"They told us it was just the beginning. And that war was starting now. And they were there in the name of Islamic State," said Sebastien, who like other survivors has chosen to protect his identity. "Then they asked us whether we agreed with them. So I'll let you imagine the silence that followed. The timid ones nodded. The braver ones said 'yes.'"
Sebastien was forced into a tense conversation with attackers, which lasted an hour. One asked him whether he valued money, then held out a roll of bills and told him to burn it. He did as he was told. Sebastian first tried to use humor in the conversation, but dropped that after realizing that "at any moment a misplaced or misinterpreted word could mean death."
Sebastien said he remains puzzled about the gunmen's motives in the discussion: They spoke to police negotiators four or five times by phone, and their only demand was that the officers keep away.
Michel Thooris, secretary-general of the France Police labor union, said the attackers appeared to have employed a common tactic in high-profile French terrorism cases in recent years: "suicide by cop." It's a term inherited by French police describing a standoff in which hostage takers have few concrete demands but an aim to die in a supposed blaze of glory — to produce maximum impact. That suggested to police that negotiations wouldn't do much good.
As the standoff continued, special-operations teams were ramping up potential firepower on nearby street corners, assessing the floor plan of the Bataclan, estimating the numbers of gunmen. The negotiations proving fruitless, the Paris police chief — in conjunction with national authorities — gave the green light for an assault, officials said.
The police intervention team, defying shouts from the attackers, fired precision shots at the gunmen in the space between two hostages, Sebastien said.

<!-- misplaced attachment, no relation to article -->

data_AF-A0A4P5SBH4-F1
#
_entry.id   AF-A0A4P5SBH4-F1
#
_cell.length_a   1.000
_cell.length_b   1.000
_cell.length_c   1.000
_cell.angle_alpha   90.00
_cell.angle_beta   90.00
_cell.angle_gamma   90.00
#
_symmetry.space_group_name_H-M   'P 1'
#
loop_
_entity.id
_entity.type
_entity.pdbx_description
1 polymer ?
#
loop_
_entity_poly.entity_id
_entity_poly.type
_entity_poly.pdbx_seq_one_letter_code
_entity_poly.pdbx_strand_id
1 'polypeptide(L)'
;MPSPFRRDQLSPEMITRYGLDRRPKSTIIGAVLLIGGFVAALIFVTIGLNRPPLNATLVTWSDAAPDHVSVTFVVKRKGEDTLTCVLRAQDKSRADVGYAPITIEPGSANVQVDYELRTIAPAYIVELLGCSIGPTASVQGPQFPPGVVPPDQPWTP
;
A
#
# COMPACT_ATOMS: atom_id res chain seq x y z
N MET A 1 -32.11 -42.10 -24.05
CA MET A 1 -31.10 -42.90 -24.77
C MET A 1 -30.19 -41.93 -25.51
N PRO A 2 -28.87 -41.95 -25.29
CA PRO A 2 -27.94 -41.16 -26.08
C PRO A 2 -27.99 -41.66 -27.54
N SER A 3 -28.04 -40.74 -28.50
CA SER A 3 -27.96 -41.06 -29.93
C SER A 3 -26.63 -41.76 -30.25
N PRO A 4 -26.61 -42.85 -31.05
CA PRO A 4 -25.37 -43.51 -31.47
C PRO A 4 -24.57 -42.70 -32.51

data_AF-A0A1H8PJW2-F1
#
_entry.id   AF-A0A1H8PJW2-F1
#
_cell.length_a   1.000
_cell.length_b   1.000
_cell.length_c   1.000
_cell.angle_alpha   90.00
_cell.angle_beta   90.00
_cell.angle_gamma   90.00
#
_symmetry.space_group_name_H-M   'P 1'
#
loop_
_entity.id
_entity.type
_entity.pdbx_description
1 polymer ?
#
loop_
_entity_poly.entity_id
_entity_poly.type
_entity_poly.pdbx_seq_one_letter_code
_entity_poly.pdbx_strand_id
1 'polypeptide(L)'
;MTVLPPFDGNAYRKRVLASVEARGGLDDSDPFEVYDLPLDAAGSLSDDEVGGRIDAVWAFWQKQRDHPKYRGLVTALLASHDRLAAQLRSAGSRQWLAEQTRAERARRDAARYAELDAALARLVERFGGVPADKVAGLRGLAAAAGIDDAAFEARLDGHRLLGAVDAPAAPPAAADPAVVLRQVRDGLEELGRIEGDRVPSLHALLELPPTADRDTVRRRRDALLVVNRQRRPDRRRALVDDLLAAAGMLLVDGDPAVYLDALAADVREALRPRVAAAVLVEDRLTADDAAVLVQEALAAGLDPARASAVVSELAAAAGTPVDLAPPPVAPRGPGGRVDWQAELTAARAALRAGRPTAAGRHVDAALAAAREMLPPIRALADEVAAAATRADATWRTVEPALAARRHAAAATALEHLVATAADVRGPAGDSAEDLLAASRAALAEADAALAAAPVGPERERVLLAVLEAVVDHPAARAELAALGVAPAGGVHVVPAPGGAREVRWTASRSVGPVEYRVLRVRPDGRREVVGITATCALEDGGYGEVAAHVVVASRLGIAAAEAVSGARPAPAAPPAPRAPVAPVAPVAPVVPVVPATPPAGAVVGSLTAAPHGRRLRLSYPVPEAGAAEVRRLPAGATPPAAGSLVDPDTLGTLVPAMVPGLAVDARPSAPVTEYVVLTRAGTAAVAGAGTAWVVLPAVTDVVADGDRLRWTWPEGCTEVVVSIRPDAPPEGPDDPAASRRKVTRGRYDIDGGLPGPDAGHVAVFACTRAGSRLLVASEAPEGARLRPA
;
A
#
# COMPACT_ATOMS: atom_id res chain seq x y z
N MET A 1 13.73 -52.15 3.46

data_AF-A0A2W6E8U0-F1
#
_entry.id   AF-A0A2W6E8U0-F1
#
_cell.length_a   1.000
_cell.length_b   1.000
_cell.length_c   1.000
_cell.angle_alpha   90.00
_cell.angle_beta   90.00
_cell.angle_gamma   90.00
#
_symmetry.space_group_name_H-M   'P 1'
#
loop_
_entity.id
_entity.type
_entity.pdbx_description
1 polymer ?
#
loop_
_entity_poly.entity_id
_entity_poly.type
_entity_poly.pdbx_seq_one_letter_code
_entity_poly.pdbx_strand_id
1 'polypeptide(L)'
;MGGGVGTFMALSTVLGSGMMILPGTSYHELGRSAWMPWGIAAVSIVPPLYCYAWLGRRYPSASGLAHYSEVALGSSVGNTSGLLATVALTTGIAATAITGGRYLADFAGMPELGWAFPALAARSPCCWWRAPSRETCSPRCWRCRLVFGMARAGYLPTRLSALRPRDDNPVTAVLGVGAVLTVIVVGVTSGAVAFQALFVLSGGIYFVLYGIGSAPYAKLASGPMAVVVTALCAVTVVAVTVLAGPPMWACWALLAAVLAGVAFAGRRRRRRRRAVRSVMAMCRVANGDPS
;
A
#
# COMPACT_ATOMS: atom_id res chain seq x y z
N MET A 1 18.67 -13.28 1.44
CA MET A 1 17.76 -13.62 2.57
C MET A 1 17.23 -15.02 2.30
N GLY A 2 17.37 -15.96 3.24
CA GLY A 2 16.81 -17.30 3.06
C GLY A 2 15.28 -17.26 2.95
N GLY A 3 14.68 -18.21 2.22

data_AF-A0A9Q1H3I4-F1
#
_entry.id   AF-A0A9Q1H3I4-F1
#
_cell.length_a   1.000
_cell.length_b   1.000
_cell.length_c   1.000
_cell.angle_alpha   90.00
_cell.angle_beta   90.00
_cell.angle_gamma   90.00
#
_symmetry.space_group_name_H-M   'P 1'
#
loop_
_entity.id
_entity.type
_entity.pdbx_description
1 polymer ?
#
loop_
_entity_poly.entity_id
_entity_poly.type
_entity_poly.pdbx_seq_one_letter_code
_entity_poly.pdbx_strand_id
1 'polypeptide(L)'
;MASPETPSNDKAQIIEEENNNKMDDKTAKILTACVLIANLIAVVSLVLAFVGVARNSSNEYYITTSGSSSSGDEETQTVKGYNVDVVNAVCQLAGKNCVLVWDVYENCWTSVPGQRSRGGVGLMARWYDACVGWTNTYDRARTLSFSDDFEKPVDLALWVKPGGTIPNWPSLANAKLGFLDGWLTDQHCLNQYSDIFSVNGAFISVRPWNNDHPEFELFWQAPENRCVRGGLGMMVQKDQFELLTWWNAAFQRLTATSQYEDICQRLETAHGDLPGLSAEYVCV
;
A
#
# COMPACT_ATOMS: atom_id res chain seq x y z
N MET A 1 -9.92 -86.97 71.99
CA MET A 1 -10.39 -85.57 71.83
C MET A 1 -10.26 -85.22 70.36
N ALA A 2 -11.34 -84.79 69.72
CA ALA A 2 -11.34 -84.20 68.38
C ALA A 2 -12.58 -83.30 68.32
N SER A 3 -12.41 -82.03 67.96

"Then they bashed the door in, and the real shooting started," said Sebastien. Nearly 20 officers were plowing in behind a heavy duty Kevlar shield drawing a hailstorm of return fire that left over two dozen welts in it, officials said. One officer lost a finger after a ricocheting bullet went through his hand.
The assault, ordered at 12:20 a.m., left one gunman dead from gunshots, and another blown up in a suicide explosion, said Paris prosecutor Francois Molins.
In the aftermath, accounts suggested some survivors had acted heroically in small ways and large.
Florian, 30, told the TV show "Le Petit Journal" that his girlfriend was shot, and a security guard, with "incredible sang-froid," guided the couple to relative safety on a balcony. A midwife used Florian's T-shirt to compress his girlfriend's wound. As riot police moved in, an officer carried Florian's girlfriend out on piggyback to paramedics waiting outside. She is recovering in a hospital.
One German couple survived with a group of others by barricading themselves in a room with a fridge against the door. Tragically, some who tried to get into the room were gunned down because they couldn't get in. Another survivor said about eight people made it through alive by cramming into a tiny bathroom. Some survived by playing dead among the corpses.
Eagles of Death Metal band member Jesse Hughes told VICE that a big reason why so many were killed at the theater "is because so many people wouldn't leave their friends."
He said in a short clip released by HBO that the killers were able to get into the band's dressing room and killed almost everyone — with the exception of one person who hid under Hughes' leather jacket.
Some police who moved in after it was all over said they were traumatized by the incessant ringing of cell phones scattered about the debris, blood and corpses, an officer said.
One screen showed a missed call from "Mom."
Lori Hinnant in Paris, Kerstin Sopke in Berlin, and Hannah Cushman in Chicago contributed to this report.